Code, Deploy, and Manage a Serverless REST API on AWS with Pulumi

Posted by Donna Malayeri on Jun 18, 2018 5:01:26 AM
Donna Malayeri
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Pulumi makes it easy to build serverless applications and connect to other cloud resources. In this blog post, we'll create a simple REST API that counts the number of times a route has been hit, using JavaScript to define both the infrastructure and application code.

In Pulumi, you define your application infrastructure in regular code, using JavaScript, Python or Go, and you can target AWS, Azure, GCP, or Kubernetes. The Pulumi command line tool transforms your into a declarative plan, following the best practices of immutable infrastructure. You can write your app code in any language supported by your serverless platform.

Example app: serverless route counter

In this tutorial, we'll build a simple REST API that counts the number of times a route has been hit. For example:

$ curl $URL/wow

$ curl $URL/pulumi

$ curl $URL/wow

We'll implement this using API Gateway, Lambda, and Dynamo DB:



If this is your first time using Pulumi, go to and sign in with GitHub.

Then, run the following command to install the Pulumi CLI:

$ curl -fsSL | sh

If you're on Windows, run this:

@"%SystemRoot%\System32\WindowsPowerShell\v1.0\powershell.exe" -NoProfile -InputFormat None -ExecutionPolicy Bypass -Command "iex ((New-Object System.Net.WebClient).DownloadString(''))" 

You'll deploy this app to your own AWS account, so follow the steps to configure your AWS account.

Make sure you have Node.js installed, with a version of 6.10.x or later.

Create the app

First we'll create a Pulumi project and add code for both the infrastructure definitions and application code.

  1. To create a new Pulumi project, run the following command:
pulumi new aws-javascript --dir hello-http

This creates a new project in the directory hello-http, so change to that directory:

cd hello-http
2. Replace the contents of index.js with the following:
const cloud = require("@pulumi/cloud-aws"); 

/* Create a mapping from 'route' to a count */
let counterTable = new cloud.Table("counterTable", "route");

/* Create an REST API endpoint */
let endpoint = new cloud.API("hello-world");

endpoint.get("/{route+}", (req, res) => {
let route = req.params["route"];
console.log(`Getting count for '${route}'`);

/* get previous value and increment */
/* reference outer counterTable object */
counterTable.get({ route }).then(value => {
let count = (value && value.count) || 0;
counterTable.insert({ route, count: ++count }).then(() => {
res.status(200).json({ route, count });
console.log(`Got count ${count} for '${route}'`);

exports.endpoint = endpoint.publish().url;

The definition for counterTable stores a counter for each route, using cloud.Table. On AWS, this provisions a DynamoDB instance. To create a new API Gateway instance, we create an instance of cloud.API. New routes can be added to this endpoint using functions such as get, post, put etc.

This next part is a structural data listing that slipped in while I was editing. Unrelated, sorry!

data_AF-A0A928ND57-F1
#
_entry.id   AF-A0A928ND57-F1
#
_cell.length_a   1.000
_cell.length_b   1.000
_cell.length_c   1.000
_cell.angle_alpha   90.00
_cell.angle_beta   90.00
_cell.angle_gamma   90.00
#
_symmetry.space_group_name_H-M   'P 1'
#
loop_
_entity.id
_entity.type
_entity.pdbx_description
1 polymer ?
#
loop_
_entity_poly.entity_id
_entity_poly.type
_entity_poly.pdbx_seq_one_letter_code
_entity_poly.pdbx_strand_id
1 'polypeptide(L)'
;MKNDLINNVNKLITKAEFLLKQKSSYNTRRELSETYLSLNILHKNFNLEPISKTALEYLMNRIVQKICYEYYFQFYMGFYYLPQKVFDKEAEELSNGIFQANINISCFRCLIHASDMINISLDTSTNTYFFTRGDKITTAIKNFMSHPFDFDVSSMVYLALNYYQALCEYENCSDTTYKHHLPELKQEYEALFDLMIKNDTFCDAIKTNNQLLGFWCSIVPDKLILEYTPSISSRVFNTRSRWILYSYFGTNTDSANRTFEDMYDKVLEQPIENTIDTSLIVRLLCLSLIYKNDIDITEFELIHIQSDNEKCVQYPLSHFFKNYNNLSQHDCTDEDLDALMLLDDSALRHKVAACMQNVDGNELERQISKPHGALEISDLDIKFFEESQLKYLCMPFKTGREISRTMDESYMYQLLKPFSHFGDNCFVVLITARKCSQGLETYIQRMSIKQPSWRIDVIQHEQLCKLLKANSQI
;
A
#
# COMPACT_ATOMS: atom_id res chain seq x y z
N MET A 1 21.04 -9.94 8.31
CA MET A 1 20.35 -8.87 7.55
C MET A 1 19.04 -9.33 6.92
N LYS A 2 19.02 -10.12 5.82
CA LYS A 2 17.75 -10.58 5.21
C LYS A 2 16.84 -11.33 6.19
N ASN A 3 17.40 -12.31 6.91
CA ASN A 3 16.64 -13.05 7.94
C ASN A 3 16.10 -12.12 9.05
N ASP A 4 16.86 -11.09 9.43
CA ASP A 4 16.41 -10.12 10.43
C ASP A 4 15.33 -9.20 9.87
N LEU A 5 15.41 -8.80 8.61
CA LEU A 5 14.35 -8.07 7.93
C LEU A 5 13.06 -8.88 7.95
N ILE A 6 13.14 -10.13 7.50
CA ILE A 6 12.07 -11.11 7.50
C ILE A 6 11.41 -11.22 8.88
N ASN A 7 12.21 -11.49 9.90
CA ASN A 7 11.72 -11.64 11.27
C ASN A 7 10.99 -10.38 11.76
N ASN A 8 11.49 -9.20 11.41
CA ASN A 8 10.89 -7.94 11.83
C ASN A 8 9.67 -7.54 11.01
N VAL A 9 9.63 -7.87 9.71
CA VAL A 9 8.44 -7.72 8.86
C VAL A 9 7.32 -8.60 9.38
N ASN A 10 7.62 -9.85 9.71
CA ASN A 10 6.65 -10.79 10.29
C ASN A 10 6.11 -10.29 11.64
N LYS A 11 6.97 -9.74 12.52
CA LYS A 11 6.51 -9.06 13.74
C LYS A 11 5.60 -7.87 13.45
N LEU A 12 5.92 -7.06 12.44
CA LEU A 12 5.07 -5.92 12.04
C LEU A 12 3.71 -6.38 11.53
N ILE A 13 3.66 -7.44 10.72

The function passed to get is the interesting part: this becomes the body of a new AWS Lambda function that is called on a GET request to the API Gateway. The body of this function can use variables defined in the main program, such as counterTable. This is translated to a lookup on the provisioned DynamoDB instance; there is no need to store the table name in an environment variable.

3. Finally, add @pulumi/cloud-aws NPM package:
$ npm install --save @pulumi/cloud @pulumi/cloud-aws

Deploy the app

To deploy both the infrastructure and app code, we'll run pulumi update. This command first shows a preview of all the resources that will be created and prompts for confirmation.


Choose the "yes" option to deploy to AWS. At the end of the update, you'll see a link to the Pulumi Console that shows the details of the deployment.


Go to this link and click the Resources tab. You'll see all the resources you've created, including links to the AWS Console.


Test the app

Now that the app is deployed, let's try it out! With the Pulumi CLI, you can easily view output properties for your stack. This line in the JavaScript code creates a stack output.

exports.endpoint = endpoint.publish().url;

You can view stack outputs in the Pulumi Console, or via pulumi stack output:

$ pulumi stack output 
Current stack outputs (1):
Now, let's curl some routes!
$ curl $(pulumi stack output endpoint)/wow
$ curl $(pulumi stack output endpoint)/pulumi {"route":"pulumi","count":1}
$ curl $(pulumi stack output endpoint)/wow {"route":"wow","count":2}

You can also view logs for the Lambda via pulumi logs. To get a log tail, use the --follow or -f flag:

$ pulumi logs
Collecting logs for stack hello-http-dev since 2018-06-15T12:53:35.000-07:00.

2018-06-15T13:52:30.123-07:00[ hello-world4fcc7b60] Getting count for 'wow'
2018-06-15T13:52:34.361-07:00[ hello-world4fcc7b60] Got count 1 for 'wow'
2018-06-15T13:52:39.621-07:00[ hello-world4fcc7b60] Getting count for 'pulumi'
2018-06-15T13:52:39.757-07:00[ hello-world4fcc7b60] Got count 1 for 'pulumi'
2018-06-15T13:52:42.189-07:00[ hello-world4fcc7b60] Getting count for 'wow'
2018-06-15T13:52:42.325-07:00[ hello-world4fcc7b60] Got count 2 for 'wow'

Clean up

To clean up the resources, run pulumi destroy.

Next steps

The sample code for this application is available in the Pulumi examples repo on GitHub. For an end-to-end TypeScript application with a frontend, see the URL shortener sample.

Topics: JavaScript, Serverless, AWS

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